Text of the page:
Nakani's biological mother, Nobambo Nakani, said she did not expect her daughter to choose opera as a career.

The elder Nakani says she was surprised when her daughter said she wanted to become an opera singer.  Nobambo Nakani says she herself and others in the community considered opera too sophisticated.

A challenging environment

Bongiwe Nakani says her community had limited exposure to opera.

"South Africa does not have a lot of opera.  Like here in Cape Town, we only have one opera house; it's just the Cape Town opera, unlike overseas.  So people here were not very exposed to opera music.  We were told it's from Europe, America.  So people still think it's not our music.  It's like foreign music," she explained.

Here, at the University of Cape Town's music department, Nakani is in her element.  She is still a student, but her career is advancing quickly.  Earlier this year, she was chosen to sing at the United Nations General Assembly in celebration of Nelson Mandela's birthday.  And then she spent three months in New York, selected for an exchange program during which she performed on stage.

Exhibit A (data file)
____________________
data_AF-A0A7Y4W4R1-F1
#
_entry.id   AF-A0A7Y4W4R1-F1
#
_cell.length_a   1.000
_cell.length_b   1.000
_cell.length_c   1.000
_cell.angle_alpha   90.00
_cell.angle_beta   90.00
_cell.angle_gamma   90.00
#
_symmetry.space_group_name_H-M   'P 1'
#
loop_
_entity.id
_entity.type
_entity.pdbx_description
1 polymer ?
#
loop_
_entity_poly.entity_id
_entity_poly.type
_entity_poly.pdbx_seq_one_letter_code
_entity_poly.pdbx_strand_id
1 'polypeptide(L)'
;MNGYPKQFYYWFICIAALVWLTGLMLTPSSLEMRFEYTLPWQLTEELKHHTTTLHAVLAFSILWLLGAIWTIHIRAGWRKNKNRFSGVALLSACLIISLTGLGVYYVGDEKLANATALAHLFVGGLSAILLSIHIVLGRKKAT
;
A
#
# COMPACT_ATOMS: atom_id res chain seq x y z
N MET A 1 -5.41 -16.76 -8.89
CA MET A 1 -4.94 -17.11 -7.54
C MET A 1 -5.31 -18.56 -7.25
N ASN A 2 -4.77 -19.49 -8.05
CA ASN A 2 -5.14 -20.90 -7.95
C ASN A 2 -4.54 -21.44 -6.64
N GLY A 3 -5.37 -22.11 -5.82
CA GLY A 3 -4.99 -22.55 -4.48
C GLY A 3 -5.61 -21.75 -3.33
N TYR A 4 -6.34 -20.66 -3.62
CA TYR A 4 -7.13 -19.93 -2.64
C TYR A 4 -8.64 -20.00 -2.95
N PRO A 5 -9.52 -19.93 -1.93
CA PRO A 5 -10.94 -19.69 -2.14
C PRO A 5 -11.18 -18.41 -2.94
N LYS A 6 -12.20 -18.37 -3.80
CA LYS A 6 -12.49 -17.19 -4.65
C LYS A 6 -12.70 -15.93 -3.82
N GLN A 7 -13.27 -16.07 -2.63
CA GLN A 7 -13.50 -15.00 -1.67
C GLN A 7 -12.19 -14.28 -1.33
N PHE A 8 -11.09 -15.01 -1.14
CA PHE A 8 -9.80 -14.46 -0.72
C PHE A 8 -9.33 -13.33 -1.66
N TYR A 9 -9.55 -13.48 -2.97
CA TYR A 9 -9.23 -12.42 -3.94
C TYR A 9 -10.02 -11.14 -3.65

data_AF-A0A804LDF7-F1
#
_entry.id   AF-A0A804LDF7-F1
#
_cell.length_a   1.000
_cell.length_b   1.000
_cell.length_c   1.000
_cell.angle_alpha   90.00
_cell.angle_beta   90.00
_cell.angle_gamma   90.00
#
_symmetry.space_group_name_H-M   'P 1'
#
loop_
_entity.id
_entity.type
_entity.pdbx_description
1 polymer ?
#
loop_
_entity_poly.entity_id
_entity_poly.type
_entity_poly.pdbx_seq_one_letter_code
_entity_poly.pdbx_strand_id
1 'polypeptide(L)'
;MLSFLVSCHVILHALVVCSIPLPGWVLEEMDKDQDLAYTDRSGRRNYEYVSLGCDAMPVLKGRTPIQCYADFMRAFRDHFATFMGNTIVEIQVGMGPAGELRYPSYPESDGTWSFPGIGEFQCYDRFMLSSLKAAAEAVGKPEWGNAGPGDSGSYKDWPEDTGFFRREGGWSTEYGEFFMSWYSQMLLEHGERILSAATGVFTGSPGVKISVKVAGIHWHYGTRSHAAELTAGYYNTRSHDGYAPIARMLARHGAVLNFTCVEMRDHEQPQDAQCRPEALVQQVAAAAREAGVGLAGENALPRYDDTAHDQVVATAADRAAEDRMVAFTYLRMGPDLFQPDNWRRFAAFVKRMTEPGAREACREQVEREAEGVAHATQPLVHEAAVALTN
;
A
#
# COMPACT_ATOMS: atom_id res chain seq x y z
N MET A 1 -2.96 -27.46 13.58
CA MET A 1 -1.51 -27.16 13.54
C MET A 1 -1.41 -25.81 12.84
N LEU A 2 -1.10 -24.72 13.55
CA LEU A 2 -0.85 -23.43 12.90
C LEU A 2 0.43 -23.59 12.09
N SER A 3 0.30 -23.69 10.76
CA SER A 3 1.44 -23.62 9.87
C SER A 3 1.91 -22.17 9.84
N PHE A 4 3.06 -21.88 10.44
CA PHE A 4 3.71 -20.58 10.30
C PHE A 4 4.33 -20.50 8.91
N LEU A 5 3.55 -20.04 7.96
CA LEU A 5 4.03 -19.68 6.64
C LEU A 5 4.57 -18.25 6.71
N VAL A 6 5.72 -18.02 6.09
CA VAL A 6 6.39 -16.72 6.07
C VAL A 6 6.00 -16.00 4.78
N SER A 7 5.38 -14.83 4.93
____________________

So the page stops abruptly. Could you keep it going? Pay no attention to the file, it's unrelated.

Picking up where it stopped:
Hard work paying off

Patrick Tikolo has been Nakani's teacher the past four years.  He says she has special qualities that make her stand out.

"She never takes education for granted," he said. "She is one of those students who are so hungry to know, she wants to know more.  One thing I know for sure about Bongiwe as well, is the fact that she would to anything to be on stage.  She loves being on stage; she loves to sing."

Tikolo says that singing opera takes more discipline than any other genre.